Trees in a box

With mail-order, you can shop for a forest in your jammies.

Courtesy of Craig Summers Black
This is what four trees and shrubs in a box look like when they arrive from a mail-order nursery. They need to be unpacked carefully.
Courtesy of Craig Summers Black
This witch hazel named Kohankie arrived from the mail-order nursery in full flower. So it is the only shrub or tree in flower in my Iowa yard in early April.
Courtesy of Craig Summers Black
The UPS guy takes one look at my order for shrubs and trees from a mail-order nursery and yells at me: "More work for Craig!"

Ever since I got rid of the "livestock," I’ve been planting trees. In my mind, that three-acre patch is no longer a grassy (well, weedy) expanse of pasture. It is a veritable forest with mown paths, a place to promenade. Maybe even ride dirt bikes.

But to your eye – and everyone else’s – it’s a flat expanse of turf with little tiny orange and pink flags dotting it like so much litter. Because you can’t really see my 12-inch-tall trees from any particular distance.

Mail-ordering in the boonies

Well, if I could afford bigger trees, I would buy them. Then again, you can’t mail head-high, branched-out arboretum material. And I do get almost all of my trees, and pretty much everything else -- perennials, CDs, clothes, even my “new” guitar – from the Net and in the mail.

It’s not so much that I hate making the 55-mile round-trip to town to buy stuff. Nor the fact that if I did so, I’d have to pay sales tax. It’s that I live in the middle of Iowa. I live in the boonies. There is barely a there there, not to mention decent nurseries or record stores (well, that dates me, doesn’t it?).

So if I want to buy something even remotely adventurous, something besides a red maple or a tea rose, I pretty much have to do it by mail.

So here’s my latest shipment of oddball woodies:

• A Magnolia x brooklynensis ‘Woodsman’: Multicolored! Blooms young! And it doesn’t flower until late, so the buds won’t get toasted if we get our usual late freezes.

• A Chionanthus virginicus: I’ve been putting off planting a Chinese fringe tree for years, mainly because the flowers are so small. But they are supposed to smell wonderful, so I hereby admit to submitting to peer pressure.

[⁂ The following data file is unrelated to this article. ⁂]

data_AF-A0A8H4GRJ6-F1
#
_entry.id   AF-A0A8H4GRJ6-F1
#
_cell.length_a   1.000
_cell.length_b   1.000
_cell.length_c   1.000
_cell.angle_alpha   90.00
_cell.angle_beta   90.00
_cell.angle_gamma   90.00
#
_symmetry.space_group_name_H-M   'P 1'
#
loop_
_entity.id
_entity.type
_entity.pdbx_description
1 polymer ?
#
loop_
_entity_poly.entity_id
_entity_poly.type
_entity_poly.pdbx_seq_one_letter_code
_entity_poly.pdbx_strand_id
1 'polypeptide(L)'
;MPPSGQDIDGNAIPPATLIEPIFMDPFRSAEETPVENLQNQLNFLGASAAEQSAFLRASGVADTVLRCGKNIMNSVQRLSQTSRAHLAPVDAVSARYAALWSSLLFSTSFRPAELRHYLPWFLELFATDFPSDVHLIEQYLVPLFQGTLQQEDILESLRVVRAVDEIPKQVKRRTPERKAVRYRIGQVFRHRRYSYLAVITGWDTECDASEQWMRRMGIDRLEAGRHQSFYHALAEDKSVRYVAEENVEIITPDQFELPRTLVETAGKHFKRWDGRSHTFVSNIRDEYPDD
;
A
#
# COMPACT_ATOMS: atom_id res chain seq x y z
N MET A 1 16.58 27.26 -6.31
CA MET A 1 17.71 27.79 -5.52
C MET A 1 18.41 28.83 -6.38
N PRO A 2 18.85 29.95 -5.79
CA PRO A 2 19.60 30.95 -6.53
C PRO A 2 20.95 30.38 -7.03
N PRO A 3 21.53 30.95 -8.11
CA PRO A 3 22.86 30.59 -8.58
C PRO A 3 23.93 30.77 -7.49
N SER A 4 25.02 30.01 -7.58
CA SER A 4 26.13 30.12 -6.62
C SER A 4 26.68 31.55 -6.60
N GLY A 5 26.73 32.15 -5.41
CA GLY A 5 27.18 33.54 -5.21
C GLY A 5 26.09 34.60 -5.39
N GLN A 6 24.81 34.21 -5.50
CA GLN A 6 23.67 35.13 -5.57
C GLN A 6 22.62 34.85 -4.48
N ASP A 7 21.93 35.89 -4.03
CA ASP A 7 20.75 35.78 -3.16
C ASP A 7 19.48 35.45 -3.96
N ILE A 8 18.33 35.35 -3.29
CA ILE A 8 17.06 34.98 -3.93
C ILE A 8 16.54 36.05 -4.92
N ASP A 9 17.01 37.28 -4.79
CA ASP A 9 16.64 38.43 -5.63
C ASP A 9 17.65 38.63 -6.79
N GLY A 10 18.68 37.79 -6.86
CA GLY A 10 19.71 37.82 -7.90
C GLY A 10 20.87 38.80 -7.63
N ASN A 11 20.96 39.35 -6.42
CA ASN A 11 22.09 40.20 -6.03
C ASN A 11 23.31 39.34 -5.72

• A Hamamelis vernalis ‘Kohankie Red’: One of the finest gardens scenes I’ve ever seen was a small grove of flowering witch hazels during a picture-postcard snowfall at Longwood Gardens outside of Philadelphia. I’ve been planting them ever since. But Kohankie (sounds like a Kleenex time-share) is not the usual yellow, but a vivid burgundy (see second photo above; click on arrow at right base of first photo).

• And a Cephalanthus occidentalis ‘Sputnik’: I have no idea what this is. The nursery I bought them from (see links) doesn’t even have a photo of them – just a drawing. But it’s supposed to have "smell-nice" (as my grandmother’s husband referred to perfume), and it looks like it came from outer space. We’ll see …

The packaging can be a challenge

Now a word of caution about buying mail-order trees: The better the nursery, the better the packing. We are talking secure here. So when you go about opening the box, you are going to be prying industrial-sized staples, peeling cardboard, cutting tape, and slicing twine. [See photo above left.]

Get out your screwdrivers and knives and scissors and other implements of destruction (thank you, Arlo Guthrie) and do this up proper. Don’t go cutting corners at this point or you’ll snap limbs and break rootballs.

Then comes the fun part: You get to play in the dirt.

What else I’m into this week: OK, I know the name is off-putting, but Garden and Gun magazine is just about the best thing there is in perfect binding these days. It’s mostly a word-based archaeological dig of all things Southern. And their dog column makes me cry every time.

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Craig Summers Black, The Transplanted Gardener, is an award-winning garden writer and photographer who blogs regularly at Diggin' it. You can read more of what he's written by clicking here. You may also follow Craig’s further adventures in gardening, music, and rural life on Twitter.

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